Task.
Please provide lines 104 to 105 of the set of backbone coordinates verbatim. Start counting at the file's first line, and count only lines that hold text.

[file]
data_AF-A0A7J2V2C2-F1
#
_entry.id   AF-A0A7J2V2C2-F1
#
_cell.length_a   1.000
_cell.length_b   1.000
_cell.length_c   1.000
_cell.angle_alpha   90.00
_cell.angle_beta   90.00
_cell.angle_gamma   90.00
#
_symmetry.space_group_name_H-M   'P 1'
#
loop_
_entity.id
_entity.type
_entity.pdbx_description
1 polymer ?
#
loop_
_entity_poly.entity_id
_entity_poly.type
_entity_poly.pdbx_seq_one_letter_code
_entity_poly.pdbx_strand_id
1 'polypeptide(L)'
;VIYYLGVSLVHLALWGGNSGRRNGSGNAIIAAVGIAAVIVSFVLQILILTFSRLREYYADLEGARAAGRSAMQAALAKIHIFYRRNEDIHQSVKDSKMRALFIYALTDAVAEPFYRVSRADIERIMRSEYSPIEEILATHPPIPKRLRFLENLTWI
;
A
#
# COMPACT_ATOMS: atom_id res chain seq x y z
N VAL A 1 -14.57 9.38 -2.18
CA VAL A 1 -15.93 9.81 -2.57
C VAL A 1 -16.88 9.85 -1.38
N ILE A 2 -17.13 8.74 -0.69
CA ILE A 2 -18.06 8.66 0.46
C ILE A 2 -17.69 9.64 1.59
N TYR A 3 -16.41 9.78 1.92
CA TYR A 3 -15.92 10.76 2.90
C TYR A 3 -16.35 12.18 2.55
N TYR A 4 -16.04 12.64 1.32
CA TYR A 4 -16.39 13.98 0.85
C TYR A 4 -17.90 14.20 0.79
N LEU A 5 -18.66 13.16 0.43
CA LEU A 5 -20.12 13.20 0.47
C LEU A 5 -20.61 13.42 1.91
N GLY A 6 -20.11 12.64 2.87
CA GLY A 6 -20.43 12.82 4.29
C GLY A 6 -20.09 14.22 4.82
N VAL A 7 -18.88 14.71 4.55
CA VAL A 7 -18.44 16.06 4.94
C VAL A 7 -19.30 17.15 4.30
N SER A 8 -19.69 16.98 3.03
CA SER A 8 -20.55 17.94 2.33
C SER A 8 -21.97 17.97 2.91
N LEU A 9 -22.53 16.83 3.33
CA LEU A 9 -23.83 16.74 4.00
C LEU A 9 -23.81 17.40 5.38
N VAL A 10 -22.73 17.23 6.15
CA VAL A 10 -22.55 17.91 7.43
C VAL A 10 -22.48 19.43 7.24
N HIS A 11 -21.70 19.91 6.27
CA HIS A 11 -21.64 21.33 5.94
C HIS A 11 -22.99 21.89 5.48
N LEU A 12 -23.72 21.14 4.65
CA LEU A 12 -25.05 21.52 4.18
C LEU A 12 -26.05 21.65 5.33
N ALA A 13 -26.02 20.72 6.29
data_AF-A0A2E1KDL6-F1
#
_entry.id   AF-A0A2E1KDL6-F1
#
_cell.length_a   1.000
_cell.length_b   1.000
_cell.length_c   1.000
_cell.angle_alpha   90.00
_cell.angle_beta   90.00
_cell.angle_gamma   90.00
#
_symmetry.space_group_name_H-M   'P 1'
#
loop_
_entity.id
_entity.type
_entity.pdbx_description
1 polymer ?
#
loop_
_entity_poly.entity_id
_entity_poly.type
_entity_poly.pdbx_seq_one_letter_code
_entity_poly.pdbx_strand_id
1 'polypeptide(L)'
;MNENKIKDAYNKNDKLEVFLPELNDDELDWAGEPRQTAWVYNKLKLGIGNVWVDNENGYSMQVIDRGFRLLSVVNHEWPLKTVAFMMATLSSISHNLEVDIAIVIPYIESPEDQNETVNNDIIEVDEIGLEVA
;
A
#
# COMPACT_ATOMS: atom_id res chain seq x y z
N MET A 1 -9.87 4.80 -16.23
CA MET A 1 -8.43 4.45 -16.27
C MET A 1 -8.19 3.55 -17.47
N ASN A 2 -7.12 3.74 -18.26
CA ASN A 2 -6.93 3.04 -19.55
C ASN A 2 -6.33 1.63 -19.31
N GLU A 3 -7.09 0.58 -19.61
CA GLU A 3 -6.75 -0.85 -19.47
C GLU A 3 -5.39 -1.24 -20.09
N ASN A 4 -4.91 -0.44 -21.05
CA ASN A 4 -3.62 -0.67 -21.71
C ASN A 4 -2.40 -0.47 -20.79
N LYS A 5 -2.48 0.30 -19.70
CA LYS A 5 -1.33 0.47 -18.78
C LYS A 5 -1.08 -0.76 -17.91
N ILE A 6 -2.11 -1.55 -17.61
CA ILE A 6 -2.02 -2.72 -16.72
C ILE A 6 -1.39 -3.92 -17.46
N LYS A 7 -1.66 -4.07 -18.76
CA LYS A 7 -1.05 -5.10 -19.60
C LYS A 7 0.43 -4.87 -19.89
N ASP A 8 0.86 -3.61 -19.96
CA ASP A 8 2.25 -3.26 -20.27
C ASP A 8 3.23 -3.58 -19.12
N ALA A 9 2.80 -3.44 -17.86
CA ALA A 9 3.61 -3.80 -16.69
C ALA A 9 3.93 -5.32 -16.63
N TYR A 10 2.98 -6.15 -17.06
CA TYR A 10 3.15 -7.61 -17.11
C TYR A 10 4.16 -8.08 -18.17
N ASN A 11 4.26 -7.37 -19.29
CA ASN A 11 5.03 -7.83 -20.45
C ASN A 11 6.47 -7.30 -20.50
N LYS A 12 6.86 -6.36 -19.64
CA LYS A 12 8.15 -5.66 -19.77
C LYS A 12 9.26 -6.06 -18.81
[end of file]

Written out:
N GLU A 3 -7.09 0.58 -19.61
CA GLU A 3 -6.75 -0.85 -19.47